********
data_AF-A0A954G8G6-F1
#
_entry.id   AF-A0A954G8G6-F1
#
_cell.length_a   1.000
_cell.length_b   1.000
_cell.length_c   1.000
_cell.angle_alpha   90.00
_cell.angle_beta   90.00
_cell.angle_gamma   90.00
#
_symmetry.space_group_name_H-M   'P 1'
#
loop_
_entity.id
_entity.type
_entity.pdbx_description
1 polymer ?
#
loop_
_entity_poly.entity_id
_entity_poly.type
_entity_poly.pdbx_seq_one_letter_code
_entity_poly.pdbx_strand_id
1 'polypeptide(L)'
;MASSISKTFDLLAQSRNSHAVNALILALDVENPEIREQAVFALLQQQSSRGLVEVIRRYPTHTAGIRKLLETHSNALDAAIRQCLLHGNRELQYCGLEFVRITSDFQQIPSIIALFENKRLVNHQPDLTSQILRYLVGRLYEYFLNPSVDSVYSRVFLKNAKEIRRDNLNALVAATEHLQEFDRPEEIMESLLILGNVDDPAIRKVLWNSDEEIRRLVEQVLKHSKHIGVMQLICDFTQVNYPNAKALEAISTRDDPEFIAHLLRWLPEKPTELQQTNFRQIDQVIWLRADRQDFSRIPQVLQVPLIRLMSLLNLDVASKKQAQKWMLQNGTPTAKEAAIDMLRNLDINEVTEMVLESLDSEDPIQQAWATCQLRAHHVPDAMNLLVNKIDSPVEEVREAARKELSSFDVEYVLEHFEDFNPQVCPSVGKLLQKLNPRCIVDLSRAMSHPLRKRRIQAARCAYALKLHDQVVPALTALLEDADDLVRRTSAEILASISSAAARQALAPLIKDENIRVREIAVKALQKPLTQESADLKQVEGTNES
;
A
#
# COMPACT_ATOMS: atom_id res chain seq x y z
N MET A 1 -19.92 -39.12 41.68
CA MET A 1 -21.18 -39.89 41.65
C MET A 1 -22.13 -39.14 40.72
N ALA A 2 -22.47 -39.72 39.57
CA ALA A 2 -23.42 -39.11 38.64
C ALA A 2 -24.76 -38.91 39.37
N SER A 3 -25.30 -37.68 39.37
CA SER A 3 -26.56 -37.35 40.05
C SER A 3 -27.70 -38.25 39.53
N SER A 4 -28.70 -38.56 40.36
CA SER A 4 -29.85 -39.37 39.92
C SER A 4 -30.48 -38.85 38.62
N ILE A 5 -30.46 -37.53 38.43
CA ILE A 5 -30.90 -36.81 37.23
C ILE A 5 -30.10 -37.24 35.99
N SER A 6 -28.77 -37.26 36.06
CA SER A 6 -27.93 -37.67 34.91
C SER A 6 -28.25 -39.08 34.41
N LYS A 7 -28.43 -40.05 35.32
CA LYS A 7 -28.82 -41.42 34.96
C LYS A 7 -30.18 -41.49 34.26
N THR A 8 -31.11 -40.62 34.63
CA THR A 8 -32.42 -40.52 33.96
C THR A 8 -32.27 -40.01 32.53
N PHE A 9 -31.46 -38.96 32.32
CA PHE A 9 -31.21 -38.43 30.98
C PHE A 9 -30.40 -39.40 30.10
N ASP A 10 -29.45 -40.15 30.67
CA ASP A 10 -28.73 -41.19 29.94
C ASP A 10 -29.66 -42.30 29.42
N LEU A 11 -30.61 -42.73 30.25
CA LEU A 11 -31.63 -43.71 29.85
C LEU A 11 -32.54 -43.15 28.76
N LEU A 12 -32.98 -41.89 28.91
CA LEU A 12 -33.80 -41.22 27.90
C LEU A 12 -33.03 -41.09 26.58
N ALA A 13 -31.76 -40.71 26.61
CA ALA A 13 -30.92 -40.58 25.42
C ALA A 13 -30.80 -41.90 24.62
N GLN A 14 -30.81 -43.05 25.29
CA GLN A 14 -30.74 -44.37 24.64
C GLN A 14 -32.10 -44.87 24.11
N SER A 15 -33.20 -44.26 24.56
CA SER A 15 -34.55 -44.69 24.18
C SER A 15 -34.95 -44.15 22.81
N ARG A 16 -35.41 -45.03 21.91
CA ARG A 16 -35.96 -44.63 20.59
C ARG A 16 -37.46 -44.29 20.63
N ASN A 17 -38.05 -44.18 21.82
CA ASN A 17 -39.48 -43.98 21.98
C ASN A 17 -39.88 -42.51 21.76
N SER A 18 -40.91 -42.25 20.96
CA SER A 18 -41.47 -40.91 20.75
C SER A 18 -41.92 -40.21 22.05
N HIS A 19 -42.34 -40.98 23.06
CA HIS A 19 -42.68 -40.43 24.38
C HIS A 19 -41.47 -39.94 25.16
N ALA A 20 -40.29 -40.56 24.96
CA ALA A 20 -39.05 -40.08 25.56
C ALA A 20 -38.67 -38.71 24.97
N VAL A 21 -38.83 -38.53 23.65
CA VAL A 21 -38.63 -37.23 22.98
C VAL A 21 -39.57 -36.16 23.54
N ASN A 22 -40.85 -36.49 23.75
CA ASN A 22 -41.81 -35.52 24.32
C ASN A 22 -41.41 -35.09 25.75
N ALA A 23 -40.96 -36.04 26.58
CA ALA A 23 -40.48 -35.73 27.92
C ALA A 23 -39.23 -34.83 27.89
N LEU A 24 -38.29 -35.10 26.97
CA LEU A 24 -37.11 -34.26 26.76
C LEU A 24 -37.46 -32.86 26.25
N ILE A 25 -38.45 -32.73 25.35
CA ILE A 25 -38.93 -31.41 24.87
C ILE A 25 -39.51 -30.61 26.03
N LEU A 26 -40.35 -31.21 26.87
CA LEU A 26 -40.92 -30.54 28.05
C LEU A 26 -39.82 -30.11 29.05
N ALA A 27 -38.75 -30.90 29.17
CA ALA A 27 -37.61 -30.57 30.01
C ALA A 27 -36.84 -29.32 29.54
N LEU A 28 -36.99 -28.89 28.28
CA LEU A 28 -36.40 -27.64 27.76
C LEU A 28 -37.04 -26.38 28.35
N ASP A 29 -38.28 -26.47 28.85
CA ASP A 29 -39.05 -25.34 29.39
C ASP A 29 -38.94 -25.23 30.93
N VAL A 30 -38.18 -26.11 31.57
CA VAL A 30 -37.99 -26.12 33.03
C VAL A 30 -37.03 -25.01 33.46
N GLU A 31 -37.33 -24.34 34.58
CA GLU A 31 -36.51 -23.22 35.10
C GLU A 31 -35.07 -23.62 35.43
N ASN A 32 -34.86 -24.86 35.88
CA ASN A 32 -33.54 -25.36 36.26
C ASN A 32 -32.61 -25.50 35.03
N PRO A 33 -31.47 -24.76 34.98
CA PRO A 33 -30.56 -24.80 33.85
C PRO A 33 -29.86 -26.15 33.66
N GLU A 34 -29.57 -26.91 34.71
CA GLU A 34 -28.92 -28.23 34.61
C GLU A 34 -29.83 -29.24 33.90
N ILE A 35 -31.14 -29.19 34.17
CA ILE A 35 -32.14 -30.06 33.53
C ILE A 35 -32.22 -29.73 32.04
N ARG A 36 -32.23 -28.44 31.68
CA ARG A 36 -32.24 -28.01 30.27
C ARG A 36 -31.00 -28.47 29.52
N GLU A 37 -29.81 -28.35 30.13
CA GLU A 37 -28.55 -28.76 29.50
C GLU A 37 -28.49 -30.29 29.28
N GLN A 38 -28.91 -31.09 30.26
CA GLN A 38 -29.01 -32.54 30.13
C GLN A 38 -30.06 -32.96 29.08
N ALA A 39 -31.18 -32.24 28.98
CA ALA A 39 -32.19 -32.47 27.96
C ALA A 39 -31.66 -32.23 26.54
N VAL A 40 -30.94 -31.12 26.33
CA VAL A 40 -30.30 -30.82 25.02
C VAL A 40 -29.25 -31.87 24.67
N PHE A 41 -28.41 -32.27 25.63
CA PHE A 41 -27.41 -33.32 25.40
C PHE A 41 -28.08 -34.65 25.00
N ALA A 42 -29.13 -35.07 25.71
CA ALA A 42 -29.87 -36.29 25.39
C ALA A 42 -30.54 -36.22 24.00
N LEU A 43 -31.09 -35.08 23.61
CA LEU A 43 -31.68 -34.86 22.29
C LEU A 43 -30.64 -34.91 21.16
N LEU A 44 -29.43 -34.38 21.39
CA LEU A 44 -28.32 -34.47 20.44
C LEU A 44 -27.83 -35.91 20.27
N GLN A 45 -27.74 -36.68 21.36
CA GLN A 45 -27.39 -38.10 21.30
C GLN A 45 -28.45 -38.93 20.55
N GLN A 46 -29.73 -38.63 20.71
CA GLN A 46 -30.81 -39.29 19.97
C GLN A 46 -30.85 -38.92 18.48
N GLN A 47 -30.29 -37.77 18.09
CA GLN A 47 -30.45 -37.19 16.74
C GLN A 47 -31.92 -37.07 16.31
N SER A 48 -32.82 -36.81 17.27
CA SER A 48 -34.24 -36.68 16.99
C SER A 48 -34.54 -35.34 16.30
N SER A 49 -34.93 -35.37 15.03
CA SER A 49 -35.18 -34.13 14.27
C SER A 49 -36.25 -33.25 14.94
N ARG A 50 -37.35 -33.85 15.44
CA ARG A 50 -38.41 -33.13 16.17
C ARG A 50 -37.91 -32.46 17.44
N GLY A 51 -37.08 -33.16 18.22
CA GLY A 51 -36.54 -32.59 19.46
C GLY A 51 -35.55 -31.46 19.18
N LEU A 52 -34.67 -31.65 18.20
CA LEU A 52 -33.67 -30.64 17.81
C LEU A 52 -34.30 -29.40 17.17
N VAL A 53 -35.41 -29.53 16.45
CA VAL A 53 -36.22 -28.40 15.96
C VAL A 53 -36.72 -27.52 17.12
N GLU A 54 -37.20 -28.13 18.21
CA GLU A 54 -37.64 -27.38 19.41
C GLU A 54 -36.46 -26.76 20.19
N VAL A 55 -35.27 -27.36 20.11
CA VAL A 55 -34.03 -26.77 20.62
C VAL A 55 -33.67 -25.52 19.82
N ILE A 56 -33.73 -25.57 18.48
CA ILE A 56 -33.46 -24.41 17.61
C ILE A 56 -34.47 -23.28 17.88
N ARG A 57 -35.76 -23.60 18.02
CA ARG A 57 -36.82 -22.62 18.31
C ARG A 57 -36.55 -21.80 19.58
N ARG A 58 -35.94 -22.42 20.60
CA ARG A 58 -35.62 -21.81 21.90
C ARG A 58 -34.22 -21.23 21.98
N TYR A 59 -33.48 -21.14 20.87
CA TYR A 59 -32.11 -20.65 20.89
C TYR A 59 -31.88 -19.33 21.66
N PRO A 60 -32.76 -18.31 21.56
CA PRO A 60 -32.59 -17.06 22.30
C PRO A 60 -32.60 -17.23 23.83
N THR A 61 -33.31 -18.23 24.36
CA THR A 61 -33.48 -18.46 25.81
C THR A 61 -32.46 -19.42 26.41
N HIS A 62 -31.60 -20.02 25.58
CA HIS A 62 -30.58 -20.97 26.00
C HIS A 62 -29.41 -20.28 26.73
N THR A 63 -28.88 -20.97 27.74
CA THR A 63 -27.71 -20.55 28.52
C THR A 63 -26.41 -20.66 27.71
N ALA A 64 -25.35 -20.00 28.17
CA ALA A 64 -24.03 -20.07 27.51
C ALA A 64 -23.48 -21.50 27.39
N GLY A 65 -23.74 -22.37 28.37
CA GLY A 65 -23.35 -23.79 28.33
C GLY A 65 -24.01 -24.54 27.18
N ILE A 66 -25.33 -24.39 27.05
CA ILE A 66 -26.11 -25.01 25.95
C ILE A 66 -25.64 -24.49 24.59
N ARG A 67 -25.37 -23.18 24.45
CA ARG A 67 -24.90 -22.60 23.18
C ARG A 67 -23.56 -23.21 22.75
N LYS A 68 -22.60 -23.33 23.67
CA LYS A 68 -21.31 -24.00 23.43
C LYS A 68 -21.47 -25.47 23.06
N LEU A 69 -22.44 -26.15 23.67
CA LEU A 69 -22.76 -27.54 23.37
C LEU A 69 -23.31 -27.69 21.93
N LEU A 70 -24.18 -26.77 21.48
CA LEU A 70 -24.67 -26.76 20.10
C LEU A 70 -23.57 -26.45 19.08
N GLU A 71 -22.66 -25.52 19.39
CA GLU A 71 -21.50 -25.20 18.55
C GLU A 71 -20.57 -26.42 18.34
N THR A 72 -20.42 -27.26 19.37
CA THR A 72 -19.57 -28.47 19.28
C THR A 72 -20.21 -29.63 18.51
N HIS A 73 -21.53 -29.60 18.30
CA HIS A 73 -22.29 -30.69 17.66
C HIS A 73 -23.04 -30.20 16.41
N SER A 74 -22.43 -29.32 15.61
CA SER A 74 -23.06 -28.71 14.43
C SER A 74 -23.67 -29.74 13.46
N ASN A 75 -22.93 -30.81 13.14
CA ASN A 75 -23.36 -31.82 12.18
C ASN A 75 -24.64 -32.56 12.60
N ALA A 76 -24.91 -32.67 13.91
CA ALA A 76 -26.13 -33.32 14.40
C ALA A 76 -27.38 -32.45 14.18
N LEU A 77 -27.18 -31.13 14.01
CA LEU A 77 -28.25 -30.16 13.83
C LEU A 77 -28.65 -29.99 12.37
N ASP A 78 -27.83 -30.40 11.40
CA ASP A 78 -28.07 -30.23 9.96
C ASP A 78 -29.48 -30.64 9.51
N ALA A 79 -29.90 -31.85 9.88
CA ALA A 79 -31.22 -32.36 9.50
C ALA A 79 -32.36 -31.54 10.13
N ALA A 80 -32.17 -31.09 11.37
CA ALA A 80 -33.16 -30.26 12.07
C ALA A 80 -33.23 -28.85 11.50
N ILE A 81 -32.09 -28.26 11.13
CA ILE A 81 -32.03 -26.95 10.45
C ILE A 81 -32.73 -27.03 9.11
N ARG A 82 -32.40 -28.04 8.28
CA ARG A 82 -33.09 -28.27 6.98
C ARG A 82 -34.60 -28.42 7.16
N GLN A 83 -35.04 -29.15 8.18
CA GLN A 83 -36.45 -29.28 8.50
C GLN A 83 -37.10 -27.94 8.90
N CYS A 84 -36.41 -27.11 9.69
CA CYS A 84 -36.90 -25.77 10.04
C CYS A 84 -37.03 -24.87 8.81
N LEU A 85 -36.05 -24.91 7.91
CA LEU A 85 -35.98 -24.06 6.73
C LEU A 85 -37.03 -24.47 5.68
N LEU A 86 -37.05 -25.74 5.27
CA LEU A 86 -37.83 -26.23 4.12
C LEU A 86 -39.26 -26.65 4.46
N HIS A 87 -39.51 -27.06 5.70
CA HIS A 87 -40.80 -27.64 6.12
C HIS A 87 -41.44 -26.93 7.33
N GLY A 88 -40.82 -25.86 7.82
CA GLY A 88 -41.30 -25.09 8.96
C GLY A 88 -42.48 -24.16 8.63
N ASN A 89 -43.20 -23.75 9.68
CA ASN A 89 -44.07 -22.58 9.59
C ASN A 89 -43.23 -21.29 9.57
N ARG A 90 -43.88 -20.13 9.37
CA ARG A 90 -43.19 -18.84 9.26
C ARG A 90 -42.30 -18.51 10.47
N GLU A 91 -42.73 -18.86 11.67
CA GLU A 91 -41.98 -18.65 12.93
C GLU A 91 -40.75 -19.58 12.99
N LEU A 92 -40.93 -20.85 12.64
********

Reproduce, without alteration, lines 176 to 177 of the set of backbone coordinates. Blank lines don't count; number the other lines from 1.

CA SER A 49 -35.18 -34.13 14.27
C SER A 49 -36.25 -33.25 14.94